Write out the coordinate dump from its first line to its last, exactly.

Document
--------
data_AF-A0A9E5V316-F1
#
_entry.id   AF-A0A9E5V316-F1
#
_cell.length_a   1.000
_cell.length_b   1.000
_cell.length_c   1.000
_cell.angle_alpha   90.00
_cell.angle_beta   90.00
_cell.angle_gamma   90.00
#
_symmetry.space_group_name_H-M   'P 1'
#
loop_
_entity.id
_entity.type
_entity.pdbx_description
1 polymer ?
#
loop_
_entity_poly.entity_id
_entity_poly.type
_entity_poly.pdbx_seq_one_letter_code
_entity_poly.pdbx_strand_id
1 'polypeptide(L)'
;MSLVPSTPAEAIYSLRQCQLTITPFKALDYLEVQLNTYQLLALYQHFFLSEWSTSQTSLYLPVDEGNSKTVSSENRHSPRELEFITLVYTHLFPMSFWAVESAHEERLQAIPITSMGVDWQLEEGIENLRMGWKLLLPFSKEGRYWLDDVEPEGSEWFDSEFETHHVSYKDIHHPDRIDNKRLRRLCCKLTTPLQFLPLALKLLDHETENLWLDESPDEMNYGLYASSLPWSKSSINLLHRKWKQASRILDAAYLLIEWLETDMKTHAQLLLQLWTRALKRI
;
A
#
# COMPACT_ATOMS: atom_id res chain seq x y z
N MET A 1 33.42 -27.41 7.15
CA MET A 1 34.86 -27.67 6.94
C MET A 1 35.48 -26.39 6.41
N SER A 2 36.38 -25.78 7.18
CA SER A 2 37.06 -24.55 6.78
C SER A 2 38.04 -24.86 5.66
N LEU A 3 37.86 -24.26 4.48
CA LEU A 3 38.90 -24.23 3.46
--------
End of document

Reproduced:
data_AF-A0A9E5V316-F1
#
_entry.id   AF-A0A9E5V316-F1
#
_cell.length_a   1.000
_cell.length_b   1.000
_cell.length_c   1.000
_cell.angle_alpha   90.00
_cell.angle_beta   90.00
_cell.angle_gamma   90.00
#
_symmetry.space_group_name_H-M   'P 1'
#
loop_
_entity.id
_entity.type
_entity.pdbx_description
1 polymer ?
#
loop_
_entity_poly.entity_id
_entity_poly.type
_entity_poly.pdbx_seq_one_letter_code
_entity_poly.pdbx_strand_id
1 'polypeptide(L)'
;MSLVPSTPAEAIYSLRQCQLTITPFKALDYLEVQLNTYQLLALYQHFFLSEWSTSQTSLYLPVDEGNSKTVSSENRHSPRELEFITLVYTHLFPMSFWAVESAHEERLQAIPITSMGVDWQLEEGIENLRMGWKLLLPFSKEGRYWLDDVEPEGSEWFDSEFETHHVSYKDIHHPDRIDNKRLRRLCCKLTTPLQFLPLALKLLDHETENLWLDESPDEMNYGLYASSLPWSKSSINLLHRKWKQASRILDAAYLLIEWLETDMKTHAQLLLQLWTRALKRI
;
A
#
# COMPACT_ATOMS: atom_id res chain seq x y z
N MET A 1 33.42 -27.41 7.15
CA MET A 1 34.86 -27.67 6.94
C MET A 1 35.48 -26.39 6.41
N SER A 2 36.38 -25.78 7.18
CA SER A 2 37.06 -24.55 6.78
C SER A 2 38.04 -24.86 5.66
N LEU A 3 37.86 -24.26 4.48
CA LEU A 3 38.90 -24.23 3.46